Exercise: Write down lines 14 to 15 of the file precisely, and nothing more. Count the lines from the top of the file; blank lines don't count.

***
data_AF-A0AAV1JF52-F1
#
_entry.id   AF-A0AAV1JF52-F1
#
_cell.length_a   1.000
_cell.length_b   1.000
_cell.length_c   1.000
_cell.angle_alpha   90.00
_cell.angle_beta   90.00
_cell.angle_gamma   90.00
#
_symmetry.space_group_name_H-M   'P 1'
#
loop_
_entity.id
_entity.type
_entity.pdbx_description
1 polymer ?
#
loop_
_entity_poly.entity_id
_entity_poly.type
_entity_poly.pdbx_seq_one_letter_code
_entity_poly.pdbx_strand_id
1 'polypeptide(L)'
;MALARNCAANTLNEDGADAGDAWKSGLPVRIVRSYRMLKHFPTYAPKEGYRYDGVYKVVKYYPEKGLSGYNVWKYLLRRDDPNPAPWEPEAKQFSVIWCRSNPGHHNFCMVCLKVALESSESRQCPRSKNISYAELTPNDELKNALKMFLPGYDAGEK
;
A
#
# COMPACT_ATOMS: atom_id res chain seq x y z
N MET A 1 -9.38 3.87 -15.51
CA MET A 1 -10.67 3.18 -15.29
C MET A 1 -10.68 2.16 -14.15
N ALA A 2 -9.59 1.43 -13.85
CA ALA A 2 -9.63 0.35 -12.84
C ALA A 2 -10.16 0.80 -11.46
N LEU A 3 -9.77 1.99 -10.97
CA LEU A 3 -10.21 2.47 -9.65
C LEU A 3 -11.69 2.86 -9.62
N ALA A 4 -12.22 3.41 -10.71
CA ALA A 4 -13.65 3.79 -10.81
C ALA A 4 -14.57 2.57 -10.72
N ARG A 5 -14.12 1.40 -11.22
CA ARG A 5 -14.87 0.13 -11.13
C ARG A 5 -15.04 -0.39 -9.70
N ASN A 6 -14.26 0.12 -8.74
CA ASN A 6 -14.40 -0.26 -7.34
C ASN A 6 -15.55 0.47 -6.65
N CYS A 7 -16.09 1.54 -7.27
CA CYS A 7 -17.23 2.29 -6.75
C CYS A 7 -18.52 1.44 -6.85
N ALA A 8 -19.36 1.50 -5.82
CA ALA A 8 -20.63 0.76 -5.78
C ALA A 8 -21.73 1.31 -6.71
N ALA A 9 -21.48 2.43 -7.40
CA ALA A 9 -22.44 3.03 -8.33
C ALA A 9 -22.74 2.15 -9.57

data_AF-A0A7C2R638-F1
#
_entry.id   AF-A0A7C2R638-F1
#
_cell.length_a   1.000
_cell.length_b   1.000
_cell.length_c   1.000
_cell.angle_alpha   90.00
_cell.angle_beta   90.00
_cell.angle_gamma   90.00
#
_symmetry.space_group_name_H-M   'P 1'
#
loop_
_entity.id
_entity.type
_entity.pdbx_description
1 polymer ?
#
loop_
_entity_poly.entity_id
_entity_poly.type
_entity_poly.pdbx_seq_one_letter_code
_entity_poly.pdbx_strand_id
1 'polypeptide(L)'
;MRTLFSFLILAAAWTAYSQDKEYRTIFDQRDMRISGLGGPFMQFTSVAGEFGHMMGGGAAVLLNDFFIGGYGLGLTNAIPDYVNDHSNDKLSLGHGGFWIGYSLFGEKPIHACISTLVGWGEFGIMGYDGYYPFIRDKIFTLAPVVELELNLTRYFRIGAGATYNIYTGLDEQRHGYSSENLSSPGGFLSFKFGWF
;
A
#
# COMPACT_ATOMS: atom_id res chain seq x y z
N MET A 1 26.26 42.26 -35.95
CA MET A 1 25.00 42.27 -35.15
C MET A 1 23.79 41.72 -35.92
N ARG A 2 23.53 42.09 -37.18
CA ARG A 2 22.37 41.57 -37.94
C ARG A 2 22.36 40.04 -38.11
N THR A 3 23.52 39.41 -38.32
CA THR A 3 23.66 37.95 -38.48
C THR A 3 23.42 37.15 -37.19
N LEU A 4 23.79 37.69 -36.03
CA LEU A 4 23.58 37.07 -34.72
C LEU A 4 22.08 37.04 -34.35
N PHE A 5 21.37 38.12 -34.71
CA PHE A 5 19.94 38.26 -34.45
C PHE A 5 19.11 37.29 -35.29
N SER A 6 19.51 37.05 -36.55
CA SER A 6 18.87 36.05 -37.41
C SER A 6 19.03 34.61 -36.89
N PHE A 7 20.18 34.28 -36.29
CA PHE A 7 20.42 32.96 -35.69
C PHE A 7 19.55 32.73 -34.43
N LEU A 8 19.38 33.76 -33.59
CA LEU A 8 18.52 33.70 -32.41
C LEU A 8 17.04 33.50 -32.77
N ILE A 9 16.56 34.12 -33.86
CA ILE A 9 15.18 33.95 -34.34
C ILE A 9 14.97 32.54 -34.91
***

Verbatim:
loop_
_entity.id